Today was a more relaxed day of travel. I had the intention of going to Pisac, the neighboring town (33 km away from Cuzco) that is known for its textile market and ruins. That didn’t happen.
I had breakfast at the hostel. The tables are set up community style, so it’s helpful for making friends. I talked with three other travelers: one woman from England, one woman from Ireland, and one man from New Zeland. Each of us has entirely different traveling styles: I’m staying for two weeks; the others are staying for 1 year, 3 months and 5 weeks, respectively. We are all traveling alone. We do share something in common: everyone at home thinks we are nuts, and we’ve each met many, many other travelers with far more outrageous adventures than our own. I love that travel brings so many cultures together and makes the world seem so much smaller and possible to explore.
I wasn’t sure where the bus stop to Pisac was, so I wanted to walk around the Plaza de Armas again before asking around. I walked down one street I hadn’t visited, and to my surprise and awe, in a courtyard off of the street were 2 llamas and three alpacas grazing the lawn and eating corn husks!!!! Shriek!!!!!! I was so excited! My first real Peruvian alpaca sighting!
After many pictures, I kept walking, still wondering how to find the right bus. I heard music coming from a block over so I followed the sound. It was a parade! Happy day! There were flutes and drums and men and women marching and dancing in traditional garb. I asked an onlooker what it was all for. Apparently, it’s to celebrate Labor Day. I guess I wasn’t meant to go to Pisac today.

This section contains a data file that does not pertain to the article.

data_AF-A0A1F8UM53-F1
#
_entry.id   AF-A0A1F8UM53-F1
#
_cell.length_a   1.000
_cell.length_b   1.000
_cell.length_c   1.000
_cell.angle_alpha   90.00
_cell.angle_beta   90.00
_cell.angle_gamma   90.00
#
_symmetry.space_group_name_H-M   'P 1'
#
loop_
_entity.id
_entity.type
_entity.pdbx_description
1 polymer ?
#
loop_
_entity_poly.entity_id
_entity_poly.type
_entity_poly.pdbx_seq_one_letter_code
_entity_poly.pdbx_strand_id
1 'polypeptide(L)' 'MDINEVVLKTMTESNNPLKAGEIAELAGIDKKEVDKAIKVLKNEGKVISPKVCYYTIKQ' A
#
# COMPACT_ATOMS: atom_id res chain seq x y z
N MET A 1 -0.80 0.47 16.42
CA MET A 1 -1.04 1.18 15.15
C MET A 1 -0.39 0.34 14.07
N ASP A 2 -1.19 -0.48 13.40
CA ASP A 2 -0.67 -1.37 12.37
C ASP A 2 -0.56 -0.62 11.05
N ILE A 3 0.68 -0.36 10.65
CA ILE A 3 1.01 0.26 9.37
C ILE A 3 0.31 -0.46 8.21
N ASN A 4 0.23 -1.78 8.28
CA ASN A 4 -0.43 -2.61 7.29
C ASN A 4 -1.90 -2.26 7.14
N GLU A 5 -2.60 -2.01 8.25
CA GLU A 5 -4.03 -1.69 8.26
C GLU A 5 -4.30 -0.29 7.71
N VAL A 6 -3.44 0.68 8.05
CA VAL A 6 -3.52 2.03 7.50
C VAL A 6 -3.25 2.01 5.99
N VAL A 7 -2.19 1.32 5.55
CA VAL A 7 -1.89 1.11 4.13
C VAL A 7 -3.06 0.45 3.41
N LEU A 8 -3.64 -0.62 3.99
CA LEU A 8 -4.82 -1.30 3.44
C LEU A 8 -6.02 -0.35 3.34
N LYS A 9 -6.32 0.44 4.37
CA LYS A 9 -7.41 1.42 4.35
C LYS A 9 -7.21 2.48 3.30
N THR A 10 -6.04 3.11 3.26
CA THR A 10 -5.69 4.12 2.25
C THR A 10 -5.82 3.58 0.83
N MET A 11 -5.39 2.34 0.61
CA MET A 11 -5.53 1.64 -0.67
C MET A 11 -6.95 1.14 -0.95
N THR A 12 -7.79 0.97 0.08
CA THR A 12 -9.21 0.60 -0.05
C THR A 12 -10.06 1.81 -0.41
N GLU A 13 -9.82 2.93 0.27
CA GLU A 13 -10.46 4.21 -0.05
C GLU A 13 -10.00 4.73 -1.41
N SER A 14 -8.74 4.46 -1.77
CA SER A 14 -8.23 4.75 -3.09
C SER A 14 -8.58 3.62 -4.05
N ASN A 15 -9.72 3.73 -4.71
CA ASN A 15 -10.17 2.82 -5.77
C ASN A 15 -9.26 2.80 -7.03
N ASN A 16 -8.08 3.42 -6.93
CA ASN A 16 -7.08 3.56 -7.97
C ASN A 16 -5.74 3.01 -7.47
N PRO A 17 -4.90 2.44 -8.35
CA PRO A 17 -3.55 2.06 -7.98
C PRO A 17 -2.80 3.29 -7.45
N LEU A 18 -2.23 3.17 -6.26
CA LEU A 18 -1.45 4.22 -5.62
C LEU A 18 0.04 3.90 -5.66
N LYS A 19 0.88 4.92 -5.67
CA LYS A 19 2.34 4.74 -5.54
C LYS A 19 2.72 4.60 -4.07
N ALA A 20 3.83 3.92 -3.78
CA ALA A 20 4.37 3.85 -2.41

When the parade was over, I decided to instead visit the ruins of Sacsaywaman, in Cuzco but up a steep mountain. I got lost. I found myself in the bohemian neighborhood of San Blas. Here, there were many sma shops filled with knits and people sold their goods on the street. I walked to the market to look around, and I again had chicken soup from a small lunch counter (2.5 Soles–that’s 80 cents!). I tried talking to the three others eating, but I think they mostly spoke Quecha, or they thought I spoke gibberish. I also bought a pomegranate for 1 Sole (35 cents).
I climbed back down, found the correct mountain and climbed halfway up, then decided to abort the mission. My feet were hurting and I just wanted to sit down. I found a park (Peru seems full of parks) and saw more Quecha women with alpacas.
I found a restaurant, but either I ordered the wrong thing or they misundersrood, because I ended up getting salty chicken tenders and fries. Sadly, this has been most most expensive meal!